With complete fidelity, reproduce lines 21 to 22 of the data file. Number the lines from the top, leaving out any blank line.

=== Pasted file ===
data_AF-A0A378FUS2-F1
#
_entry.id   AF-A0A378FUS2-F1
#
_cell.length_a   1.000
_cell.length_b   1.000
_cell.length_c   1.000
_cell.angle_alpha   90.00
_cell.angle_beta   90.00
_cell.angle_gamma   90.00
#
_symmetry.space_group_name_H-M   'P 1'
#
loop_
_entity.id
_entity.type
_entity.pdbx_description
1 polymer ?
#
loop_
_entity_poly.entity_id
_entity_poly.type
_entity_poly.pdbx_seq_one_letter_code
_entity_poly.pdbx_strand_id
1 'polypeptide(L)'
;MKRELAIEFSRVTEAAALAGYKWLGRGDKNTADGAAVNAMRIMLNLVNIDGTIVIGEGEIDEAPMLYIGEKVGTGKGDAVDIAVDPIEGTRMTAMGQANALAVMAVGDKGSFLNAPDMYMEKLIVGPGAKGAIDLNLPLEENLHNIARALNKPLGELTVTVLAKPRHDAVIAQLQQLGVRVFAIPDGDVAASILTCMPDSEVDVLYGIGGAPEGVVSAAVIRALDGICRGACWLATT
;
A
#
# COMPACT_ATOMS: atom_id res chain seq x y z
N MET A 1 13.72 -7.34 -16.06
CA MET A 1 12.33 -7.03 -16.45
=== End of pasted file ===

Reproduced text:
_entity_poly.entity_id
_entity_poly.type